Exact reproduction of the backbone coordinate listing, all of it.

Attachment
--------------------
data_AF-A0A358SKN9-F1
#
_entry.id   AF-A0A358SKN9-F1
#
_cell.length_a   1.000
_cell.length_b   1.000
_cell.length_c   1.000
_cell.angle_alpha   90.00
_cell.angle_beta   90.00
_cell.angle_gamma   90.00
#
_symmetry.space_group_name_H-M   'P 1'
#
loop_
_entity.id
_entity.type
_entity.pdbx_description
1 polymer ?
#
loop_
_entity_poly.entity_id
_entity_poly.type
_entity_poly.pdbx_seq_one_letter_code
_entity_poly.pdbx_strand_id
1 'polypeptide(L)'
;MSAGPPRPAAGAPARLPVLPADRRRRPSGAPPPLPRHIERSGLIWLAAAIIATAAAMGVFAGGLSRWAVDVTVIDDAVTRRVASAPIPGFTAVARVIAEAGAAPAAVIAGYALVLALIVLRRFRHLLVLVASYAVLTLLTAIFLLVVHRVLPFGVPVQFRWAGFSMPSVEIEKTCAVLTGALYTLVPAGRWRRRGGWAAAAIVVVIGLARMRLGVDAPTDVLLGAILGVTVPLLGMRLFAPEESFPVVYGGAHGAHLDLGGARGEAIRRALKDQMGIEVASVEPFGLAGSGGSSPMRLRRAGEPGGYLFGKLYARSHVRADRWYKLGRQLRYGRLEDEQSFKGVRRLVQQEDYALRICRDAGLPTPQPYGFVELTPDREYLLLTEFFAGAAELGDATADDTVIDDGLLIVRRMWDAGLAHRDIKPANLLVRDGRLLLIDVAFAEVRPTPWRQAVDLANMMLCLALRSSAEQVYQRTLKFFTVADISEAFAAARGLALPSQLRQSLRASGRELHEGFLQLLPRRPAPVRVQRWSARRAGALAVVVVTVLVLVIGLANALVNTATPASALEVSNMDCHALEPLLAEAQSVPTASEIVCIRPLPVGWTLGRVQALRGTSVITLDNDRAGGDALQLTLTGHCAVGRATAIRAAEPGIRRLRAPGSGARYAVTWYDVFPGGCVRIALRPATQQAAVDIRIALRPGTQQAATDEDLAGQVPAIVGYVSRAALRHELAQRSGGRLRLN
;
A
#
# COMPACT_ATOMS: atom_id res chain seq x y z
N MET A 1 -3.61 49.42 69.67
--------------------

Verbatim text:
data_AF-A0A358SKN9-F1
#
_entry.id   AF-A0A358SKN9-F1
#
_cell.length_a   1.000
_cell.length_b   1.000
_cell.length_c   1.000
_cell.angle_alpha   90.00
_cell.angle_beta   90.00
_cell.angle_gamma   90.00
#
_symmetry.space_group_name_H-M   'P 1'
#
loop_
_entity.id
_entity.type
_entity.pdbx_description
1 polymer ?
#
loop_
_entity_poly.entity_id
_entity_poly.type
_entity_poly.pdbx_seq_one_letter_code
_entity_poly.pdbx_strand_id
1 'polypeptide(L)'
;MSAGPPRPAAGAPARLPVLPADRRRRPSGAPPPLPRHIERSGLIWLAAAIIATAAAMGVFAGGLSRWAVDVTVIDDAVTRRVASAPIPGFTAVARVIAEAGAAPAAVIAGYALVLALIVLRRFRHLLVLVASYAVLTLLTAIFLLVVHRVLPFGVPVQFRWAGFSMPSVEIEKTCAVLTGALYTLVPAGRWRRRGGWAAAAIVVVIGLARMRLGVDAPTDVLLGAILGVTVPLLGMRLFAPEESFPVVYGGAHGAHLDLGGARGEAIRRALKDQMGIEVASVEPFGLAGSGGSSPMRLRRAGEPGGYLFGKLYARSHVRADRWYKLGRQLRYGRLEDEQSFKGVRRLVQQEDYALRICRDAGLPTPQPYGFVELTPDREYLLLTEFFAGAAELGDATADDTVIDDGLLIVRRMWDAGLAHRDIKPANLLVRDGRLLLIDVAFAEVRPTPWRQAVDLANMMLCLALRSSAEQVYQRTLKFFTVADISEAFAAARGLALPSQLRQSLRASGRELHEGFLQLLPRRPAPVRVQRWSARRAGALAVVVVTVLVLVIGLANALVNTATPASALEVSNMDCHALEPLLAEAQSVPTASEIVCIRPLPVGWTLGRVQALRGTSVITLDNDRAGGDALQLTLTGHCAVGRATAIRAAEPGIRRLRAPGSGARYAVTWYDVFPGGCVRIALRPATQQAAVDIRIALRPGTQQAATDEDLAGQVPAIVGYVSRAALRHELAQRSGGRLRLN
;
A
#
# COMPACT_ATOMS: atom_id res chain seq x y z
N MET A 1 -3.61 49.42 69.67